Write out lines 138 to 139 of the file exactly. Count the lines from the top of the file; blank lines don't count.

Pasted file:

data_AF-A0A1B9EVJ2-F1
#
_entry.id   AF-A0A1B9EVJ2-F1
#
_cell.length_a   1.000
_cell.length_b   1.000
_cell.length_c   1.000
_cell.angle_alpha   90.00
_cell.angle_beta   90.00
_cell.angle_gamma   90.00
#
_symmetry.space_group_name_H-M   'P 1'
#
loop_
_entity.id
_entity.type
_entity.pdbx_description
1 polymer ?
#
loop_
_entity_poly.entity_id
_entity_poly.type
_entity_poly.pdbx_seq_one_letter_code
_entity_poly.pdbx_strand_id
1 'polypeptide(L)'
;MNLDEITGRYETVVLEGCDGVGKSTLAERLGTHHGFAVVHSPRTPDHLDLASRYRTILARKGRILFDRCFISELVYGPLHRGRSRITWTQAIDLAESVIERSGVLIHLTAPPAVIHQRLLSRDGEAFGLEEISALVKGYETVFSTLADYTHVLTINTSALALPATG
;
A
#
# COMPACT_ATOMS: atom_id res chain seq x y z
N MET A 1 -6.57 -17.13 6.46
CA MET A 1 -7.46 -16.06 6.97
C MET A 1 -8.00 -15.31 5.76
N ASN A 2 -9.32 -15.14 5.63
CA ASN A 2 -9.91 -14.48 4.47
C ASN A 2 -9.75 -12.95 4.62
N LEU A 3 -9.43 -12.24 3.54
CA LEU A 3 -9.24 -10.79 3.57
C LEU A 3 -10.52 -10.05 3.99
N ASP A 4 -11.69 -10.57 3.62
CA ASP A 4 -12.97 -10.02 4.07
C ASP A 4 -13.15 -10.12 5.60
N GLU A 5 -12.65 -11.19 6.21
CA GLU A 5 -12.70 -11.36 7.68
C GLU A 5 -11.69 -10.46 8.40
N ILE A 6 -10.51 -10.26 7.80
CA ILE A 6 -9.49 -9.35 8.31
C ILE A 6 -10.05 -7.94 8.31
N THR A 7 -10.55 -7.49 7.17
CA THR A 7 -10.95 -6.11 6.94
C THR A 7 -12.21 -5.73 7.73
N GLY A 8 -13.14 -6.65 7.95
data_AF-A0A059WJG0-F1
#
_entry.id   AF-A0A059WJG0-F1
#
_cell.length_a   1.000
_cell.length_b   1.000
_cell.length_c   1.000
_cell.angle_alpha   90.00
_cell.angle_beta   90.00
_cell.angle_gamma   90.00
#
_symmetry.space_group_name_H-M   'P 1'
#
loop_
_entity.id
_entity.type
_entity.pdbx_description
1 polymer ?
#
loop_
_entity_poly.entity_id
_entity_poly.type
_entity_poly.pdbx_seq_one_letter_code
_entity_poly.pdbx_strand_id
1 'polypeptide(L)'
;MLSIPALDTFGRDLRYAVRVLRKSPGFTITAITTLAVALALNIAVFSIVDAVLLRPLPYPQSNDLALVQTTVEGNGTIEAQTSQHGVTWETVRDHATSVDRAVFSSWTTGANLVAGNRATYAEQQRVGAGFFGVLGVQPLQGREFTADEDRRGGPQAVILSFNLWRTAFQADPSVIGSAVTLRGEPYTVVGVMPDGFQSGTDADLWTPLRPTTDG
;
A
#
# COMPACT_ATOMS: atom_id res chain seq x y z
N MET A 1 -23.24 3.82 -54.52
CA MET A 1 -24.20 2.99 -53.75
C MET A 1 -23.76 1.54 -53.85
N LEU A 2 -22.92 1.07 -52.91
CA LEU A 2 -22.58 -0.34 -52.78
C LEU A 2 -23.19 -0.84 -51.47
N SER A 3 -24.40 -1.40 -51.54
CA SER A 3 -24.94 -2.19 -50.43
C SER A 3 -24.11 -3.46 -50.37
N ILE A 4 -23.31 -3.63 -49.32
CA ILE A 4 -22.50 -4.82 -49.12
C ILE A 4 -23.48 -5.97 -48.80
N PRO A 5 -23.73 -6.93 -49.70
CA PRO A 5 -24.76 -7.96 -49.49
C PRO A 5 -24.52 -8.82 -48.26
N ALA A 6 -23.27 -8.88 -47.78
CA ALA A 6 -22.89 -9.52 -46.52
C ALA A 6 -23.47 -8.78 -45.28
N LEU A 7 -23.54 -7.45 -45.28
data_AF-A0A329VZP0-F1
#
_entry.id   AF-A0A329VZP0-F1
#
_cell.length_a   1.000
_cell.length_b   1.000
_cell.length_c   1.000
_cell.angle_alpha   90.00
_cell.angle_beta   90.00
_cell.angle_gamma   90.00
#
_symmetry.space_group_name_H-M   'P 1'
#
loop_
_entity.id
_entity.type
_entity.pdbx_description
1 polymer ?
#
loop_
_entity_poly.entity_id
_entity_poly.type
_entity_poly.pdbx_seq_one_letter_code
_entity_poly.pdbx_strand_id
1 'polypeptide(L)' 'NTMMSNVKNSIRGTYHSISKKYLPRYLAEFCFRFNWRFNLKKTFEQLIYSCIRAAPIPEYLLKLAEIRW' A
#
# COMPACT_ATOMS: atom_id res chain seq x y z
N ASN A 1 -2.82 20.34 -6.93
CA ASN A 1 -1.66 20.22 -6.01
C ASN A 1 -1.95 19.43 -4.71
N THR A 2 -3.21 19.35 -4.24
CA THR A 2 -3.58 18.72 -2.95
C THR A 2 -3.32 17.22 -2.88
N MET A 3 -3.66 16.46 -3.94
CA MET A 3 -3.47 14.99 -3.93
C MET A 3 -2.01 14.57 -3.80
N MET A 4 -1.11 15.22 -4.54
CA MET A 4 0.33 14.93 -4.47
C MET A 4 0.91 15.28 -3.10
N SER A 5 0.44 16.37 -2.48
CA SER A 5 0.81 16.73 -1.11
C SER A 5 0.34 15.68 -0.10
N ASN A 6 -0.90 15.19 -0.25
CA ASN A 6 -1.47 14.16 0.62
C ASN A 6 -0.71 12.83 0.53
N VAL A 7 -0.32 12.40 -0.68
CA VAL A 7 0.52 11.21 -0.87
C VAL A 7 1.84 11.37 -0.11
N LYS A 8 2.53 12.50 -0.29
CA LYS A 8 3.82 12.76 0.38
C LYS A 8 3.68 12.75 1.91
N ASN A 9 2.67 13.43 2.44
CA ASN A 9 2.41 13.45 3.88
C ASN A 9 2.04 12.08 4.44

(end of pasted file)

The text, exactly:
N MET A 4 -1.11 15.22 -4.54
CA MET A 4 0.33 14.93 -4.47